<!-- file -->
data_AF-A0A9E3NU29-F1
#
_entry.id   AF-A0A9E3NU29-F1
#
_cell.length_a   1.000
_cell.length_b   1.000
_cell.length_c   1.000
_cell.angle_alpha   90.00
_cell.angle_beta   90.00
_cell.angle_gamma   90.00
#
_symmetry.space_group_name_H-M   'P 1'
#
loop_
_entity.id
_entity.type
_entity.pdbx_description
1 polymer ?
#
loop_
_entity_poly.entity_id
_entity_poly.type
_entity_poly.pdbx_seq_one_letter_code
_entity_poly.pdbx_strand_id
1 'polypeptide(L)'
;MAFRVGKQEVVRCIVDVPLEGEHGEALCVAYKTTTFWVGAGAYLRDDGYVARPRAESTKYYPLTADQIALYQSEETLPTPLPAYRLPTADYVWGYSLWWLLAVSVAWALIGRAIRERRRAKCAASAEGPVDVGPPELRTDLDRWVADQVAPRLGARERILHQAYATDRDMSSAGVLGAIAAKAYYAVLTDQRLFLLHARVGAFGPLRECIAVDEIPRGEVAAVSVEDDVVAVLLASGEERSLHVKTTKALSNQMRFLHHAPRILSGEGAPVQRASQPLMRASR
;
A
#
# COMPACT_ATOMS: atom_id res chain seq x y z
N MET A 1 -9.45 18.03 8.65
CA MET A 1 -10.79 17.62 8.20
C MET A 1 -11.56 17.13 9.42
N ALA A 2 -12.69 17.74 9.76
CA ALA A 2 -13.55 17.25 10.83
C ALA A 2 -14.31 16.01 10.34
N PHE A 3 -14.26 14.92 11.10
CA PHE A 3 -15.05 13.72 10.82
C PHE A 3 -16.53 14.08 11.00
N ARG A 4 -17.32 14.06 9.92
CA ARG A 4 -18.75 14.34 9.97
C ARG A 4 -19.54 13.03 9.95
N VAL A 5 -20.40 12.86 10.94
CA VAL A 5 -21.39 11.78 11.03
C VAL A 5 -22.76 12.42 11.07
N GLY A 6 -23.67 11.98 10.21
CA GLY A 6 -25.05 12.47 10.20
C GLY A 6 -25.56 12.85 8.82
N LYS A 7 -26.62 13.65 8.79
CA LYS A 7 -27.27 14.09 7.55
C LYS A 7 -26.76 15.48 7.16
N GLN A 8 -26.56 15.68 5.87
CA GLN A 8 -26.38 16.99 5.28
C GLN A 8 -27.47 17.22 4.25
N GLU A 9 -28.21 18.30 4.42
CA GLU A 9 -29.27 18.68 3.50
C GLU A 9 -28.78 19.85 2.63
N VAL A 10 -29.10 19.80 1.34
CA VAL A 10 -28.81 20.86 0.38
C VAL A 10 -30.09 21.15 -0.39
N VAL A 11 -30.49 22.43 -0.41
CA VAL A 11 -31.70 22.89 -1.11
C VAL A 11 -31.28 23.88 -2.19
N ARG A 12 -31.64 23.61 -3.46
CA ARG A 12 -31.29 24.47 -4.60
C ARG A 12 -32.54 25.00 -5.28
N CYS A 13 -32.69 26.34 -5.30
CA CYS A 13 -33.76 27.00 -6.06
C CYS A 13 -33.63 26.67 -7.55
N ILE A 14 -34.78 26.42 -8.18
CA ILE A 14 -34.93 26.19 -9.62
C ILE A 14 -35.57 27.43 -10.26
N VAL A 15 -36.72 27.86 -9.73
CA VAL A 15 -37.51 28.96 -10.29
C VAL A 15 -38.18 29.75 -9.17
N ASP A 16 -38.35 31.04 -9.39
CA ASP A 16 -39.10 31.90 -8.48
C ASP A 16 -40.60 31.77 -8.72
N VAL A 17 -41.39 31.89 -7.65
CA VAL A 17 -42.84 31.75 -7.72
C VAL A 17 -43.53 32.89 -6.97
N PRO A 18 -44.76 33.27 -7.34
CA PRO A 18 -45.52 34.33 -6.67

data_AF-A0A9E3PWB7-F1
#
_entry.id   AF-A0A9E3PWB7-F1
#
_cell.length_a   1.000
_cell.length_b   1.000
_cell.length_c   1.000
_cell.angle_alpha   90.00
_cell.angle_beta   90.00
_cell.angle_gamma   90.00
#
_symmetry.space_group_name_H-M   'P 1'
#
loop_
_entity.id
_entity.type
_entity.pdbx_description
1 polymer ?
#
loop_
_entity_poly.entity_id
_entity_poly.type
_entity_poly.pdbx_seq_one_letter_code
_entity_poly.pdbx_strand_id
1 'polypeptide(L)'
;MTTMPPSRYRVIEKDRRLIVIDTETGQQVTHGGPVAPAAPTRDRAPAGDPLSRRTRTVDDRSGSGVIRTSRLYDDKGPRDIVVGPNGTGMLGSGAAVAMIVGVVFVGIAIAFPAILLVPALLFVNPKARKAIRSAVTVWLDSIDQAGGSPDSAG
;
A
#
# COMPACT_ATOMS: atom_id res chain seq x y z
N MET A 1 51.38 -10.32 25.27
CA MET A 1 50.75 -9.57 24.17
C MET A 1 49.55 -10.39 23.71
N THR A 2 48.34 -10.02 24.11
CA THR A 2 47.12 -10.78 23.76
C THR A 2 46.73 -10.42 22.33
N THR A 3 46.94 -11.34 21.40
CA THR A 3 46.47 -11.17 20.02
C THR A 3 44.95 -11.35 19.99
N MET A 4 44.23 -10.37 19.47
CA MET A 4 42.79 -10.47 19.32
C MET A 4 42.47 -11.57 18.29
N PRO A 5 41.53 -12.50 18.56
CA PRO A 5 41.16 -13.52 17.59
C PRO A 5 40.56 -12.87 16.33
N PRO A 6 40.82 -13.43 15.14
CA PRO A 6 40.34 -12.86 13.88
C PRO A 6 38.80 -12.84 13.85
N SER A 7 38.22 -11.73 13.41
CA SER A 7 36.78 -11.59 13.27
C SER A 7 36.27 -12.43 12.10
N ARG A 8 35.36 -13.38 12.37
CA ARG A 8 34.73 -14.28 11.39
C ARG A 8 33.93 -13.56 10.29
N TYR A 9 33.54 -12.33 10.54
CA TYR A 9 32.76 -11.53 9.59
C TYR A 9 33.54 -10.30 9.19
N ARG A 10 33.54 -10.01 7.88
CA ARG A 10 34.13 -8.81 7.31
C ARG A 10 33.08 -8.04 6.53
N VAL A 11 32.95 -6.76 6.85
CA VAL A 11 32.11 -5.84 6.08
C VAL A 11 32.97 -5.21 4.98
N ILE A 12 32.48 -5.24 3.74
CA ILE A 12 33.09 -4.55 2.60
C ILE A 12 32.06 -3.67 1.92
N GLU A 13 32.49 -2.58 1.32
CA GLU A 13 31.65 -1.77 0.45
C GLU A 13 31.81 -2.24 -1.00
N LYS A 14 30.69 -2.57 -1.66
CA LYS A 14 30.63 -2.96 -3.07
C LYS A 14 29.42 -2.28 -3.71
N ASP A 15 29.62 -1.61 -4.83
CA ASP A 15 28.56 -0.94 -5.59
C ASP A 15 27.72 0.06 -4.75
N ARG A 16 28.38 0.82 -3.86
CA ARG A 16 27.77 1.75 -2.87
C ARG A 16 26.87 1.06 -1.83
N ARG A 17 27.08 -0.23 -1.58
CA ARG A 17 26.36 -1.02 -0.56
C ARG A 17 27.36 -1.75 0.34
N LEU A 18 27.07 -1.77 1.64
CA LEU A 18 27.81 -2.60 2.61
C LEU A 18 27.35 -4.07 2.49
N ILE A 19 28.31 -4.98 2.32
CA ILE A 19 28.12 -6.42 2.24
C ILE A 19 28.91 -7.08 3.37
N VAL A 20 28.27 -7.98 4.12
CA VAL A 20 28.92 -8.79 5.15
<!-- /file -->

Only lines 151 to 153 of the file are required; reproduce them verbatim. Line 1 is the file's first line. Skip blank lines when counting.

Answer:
CA GLU A 13 31.65 -1.77 0.45
C GLU A 13 31.81 -2.24 -1.00
N LYS A 14 30.69 -2.57 -1.66